At 80 Hz xover, the main and center signals were within 1 db of each other. The rears were 2-3db hotter, though. At 60 Hz xover, the rears pulled out even more ahead of the other channels (> 5db for sure, but forgot the exact number). At 40 Hz xover, I only did quick measurements, as they started getting erratic. I went the other way as well. At 100 Hz xover, a small rear perturbation remained. At 160 Hz xover, all was within 1/2 db.

    I'm pretty sure that my room acoustics had a primary role in the readings. Here are all the contributing factors that resulted in the rear (really side) surround "anomolies".

    1) Via Avia's calibration tests (white noise, pink noise, or whatever it is), I have my side surrounds hot by 5 - 5.5db relative to my mains.

    2) Really the number 1 issue: my sub in its current position in front corner results in a 40Hz response at the sweet spot that is 8db below the 40Hz response when the sub is in the rear corner (which is near one of the side surrounds). I have played around with both positions in the past and have graphed the response for many low freq sine waves. Sweet spot response of 40Hz signals from the position of my mains is also about the same as front corner; in fact the entire front section of my room has a very similar low freq response at the sweet spot, based on a number of measurements I performed in the past while moving my sub around.

    3) My side surrounds are no slouches at low freqs, with each having two 6.5" woofers. I believe the -3db manufacturer rating is in the low to mid 40's.

    Bottom line IMO: better 40 Hz response from rear room sources (although I haven't tested the response exactly where my surrounds reside), coupled with an added calibration boost for my side surrounds for white noise test signal results in the side surrounds having a non-negigible influence on the results, even when the xover is an octave above the sine wave used.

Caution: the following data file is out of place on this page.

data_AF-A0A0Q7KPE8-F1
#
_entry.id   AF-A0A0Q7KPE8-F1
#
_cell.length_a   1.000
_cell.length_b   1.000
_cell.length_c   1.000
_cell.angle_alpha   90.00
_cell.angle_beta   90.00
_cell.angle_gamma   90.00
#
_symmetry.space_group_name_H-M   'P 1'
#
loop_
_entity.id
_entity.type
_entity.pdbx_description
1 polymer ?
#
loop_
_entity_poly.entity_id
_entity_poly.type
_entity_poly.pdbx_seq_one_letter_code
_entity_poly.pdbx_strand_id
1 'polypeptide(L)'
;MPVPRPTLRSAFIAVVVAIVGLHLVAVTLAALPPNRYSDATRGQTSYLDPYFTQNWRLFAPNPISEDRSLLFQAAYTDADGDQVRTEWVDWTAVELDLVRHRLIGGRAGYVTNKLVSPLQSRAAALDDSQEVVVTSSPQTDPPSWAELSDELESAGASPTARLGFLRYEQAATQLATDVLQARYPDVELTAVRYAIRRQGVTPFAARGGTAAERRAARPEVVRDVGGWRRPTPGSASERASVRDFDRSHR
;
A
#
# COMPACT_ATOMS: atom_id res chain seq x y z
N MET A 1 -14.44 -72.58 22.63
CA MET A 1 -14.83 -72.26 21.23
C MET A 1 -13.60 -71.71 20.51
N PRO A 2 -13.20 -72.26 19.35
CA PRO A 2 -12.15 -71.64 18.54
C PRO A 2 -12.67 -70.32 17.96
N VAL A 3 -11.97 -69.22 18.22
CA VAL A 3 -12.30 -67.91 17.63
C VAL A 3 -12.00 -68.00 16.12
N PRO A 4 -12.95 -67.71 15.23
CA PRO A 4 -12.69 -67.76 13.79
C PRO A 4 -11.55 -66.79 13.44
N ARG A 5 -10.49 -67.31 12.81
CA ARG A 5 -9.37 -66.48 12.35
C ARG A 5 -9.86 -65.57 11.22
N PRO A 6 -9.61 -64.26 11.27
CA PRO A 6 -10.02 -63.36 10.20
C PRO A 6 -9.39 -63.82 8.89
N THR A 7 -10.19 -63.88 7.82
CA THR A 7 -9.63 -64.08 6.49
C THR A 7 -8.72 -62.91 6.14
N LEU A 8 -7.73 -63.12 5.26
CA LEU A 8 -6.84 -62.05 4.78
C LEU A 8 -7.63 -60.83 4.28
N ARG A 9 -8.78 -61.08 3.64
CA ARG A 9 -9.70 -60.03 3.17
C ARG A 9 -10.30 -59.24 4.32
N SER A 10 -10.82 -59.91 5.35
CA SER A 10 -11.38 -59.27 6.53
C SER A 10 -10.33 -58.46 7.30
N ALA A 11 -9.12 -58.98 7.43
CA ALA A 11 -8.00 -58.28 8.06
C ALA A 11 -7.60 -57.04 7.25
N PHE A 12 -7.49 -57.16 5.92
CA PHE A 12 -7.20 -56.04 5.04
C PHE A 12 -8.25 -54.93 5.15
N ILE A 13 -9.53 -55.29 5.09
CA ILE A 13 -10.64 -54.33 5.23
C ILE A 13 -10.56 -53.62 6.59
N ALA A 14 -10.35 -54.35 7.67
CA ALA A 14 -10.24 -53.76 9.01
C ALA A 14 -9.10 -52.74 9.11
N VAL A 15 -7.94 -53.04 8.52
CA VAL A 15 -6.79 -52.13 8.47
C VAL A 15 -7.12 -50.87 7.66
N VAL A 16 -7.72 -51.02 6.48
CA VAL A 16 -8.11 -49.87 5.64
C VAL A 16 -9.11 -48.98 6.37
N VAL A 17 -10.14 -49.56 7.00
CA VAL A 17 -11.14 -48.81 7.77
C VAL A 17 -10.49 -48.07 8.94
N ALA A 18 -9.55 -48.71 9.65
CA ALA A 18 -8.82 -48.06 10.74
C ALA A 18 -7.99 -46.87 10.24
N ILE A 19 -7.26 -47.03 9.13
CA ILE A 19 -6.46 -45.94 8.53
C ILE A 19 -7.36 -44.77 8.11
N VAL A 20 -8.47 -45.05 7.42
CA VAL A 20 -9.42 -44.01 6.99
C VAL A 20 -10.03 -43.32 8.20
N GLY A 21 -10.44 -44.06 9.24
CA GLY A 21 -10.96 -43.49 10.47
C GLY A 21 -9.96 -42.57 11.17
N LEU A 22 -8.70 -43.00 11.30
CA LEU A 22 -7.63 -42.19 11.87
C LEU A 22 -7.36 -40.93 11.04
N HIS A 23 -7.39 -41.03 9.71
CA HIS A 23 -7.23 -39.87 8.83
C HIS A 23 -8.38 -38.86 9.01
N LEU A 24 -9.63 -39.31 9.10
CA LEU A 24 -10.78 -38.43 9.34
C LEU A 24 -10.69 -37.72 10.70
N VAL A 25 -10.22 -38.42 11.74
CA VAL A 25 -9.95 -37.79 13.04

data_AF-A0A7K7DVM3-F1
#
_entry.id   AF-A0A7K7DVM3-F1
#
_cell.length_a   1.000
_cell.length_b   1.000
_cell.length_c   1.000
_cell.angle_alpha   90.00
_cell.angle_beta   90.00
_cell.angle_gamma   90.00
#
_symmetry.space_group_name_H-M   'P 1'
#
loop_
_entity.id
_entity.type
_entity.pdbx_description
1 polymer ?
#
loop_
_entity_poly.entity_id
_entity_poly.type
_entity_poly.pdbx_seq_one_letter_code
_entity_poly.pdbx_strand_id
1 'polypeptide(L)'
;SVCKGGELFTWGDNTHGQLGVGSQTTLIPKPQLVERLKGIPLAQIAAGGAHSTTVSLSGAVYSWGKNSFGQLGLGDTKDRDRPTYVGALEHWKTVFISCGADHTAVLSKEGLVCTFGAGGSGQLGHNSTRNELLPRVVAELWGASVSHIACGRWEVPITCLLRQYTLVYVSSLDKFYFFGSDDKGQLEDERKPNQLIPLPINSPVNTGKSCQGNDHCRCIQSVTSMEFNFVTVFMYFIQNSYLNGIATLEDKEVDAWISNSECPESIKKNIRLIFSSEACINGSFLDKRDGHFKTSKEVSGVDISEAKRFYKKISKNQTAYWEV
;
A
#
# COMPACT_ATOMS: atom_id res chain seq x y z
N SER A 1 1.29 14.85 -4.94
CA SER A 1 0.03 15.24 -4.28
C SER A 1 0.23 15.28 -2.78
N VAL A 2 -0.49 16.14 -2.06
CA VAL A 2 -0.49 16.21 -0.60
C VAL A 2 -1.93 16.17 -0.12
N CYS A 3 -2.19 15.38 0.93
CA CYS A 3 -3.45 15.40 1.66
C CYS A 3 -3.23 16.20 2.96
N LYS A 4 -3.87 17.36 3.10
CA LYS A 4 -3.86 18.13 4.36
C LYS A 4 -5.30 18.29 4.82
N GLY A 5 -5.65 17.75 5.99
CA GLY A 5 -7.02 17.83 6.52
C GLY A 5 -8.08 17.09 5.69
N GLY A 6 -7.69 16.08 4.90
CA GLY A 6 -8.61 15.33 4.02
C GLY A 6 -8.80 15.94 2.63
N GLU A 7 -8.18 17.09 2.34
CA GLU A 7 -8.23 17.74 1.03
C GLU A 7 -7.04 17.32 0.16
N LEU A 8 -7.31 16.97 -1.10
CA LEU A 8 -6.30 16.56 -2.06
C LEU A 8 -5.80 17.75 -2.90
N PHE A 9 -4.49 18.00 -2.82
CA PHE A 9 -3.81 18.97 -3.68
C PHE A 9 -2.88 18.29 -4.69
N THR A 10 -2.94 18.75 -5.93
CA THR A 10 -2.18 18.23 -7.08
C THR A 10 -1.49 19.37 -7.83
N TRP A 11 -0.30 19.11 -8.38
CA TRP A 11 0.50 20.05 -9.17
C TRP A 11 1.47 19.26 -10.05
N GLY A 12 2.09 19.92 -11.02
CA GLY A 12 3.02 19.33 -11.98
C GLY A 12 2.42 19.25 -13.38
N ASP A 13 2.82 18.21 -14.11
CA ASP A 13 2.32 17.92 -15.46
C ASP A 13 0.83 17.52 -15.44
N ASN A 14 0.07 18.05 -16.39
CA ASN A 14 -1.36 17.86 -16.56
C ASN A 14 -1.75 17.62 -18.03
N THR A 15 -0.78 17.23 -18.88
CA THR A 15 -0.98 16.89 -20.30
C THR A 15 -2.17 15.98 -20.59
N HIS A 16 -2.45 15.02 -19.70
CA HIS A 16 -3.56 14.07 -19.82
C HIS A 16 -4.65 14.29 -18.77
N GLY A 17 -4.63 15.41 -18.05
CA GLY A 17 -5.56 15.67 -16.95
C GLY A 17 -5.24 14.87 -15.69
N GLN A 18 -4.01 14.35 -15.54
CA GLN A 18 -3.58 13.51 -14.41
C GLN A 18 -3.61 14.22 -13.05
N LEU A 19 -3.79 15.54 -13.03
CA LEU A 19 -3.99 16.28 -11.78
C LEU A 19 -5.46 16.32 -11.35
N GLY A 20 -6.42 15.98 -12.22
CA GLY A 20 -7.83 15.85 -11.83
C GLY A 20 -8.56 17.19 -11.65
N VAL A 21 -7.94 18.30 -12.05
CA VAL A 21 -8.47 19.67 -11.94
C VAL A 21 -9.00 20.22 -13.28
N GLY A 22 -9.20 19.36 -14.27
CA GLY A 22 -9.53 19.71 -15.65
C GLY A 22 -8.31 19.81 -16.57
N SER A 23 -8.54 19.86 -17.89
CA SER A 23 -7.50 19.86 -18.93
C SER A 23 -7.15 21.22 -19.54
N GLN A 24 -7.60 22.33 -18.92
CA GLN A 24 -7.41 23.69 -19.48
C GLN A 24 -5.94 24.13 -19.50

Doug
     
  10. Vince Maskeeper

    Vince Maskeeper Producer

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    Sure- and this is the prime reason I suggested using an 80hz xover. If you can insure that the majority of the 40hz signal is coming from the sub position- then you overcome the acoustics issue (because all the sound is coming from one position).

    The key element of the test is just to make sure the LFE tone does not jump way out in comparison to the main tones. Certainly you can use the tone to play around in any way you wish- I just wanted to make it clear for anyone reading that the simply use (80 xover, small, measure) will give them info on how their processor handles LFE material.

    -V
     
  11. Vince Maskeeper

    Vince Maskeeper Producer

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    Figured I'd bump this post since it had been a year- thought someone might find this helpful.

    -Vince
     
  12. JimmyK

    JimmyK Second Unit

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    Thanks Vince.
    When I get a chance, I'll download the files and see what results I get.
    Or then again, maybe I don't want to know?[​IMG]
    BTW, what is meant by LFE "pad"?
    JimmyK
     
  13. Vince Maskeeper

    Vince Maskeeper Producer

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    A control in bass management- sometimes called LFE trim, that specifically controls level of Bass on the dedicated LFE channel (not the overall sub volume whioch includes rerouted bass).

    The problem was, and often is, that Dolby and DTS used two different ways of describing this control- resulting in a confusing situation. On the majority of processors that offer the LFE pad, the proper position for both is in the HIGHEST available position- but often this means 0 for DD and +10 for DTS...

    If you do a search on LFE Pad and my name (make sure to set it for old searches)-- you'll find a boatload of info.

    -Vince